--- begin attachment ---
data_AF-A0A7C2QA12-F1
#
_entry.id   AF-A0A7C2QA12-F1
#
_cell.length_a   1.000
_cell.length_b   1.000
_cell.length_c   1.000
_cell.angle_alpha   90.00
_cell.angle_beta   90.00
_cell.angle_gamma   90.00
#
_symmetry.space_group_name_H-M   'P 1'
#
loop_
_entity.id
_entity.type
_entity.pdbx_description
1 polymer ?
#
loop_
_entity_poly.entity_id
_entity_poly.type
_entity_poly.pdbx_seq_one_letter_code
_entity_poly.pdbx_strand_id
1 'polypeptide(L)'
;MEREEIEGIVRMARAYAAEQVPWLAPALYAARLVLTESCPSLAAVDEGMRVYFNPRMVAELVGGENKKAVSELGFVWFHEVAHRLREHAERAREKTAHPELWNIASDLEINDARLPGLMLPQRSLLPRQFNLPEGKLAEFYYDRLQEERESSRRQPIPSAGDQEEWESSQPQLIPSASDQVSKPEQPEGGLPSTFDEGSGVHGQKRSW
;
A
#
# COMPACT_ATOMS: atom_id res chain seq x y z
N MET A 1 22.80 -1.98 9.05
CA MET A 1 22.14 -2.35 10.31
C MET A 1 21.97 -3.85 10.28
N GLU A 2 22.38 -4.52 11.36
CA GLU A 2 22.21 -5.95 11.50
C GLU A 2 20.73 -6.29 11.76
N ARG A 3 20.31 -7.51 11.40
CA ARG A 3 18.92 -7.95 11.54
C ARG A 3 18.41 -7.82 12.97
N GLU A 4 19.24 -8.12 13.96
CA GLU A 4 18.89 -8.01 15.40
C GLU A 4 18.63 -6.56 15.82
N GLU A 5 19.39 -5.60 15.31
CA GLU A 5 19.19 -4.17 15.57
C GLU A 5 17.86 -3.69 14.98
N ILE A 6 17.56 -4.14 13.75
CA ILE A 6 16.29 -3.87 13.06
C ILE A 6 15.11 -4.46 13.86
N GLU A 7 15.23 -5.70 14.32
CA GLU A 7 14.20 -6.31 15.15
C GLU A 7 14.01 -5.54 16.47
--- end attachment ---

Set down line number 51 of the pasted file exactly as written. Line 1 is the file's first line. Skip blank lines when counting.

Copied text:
C GLU A 7 14.01 -5.54 16.47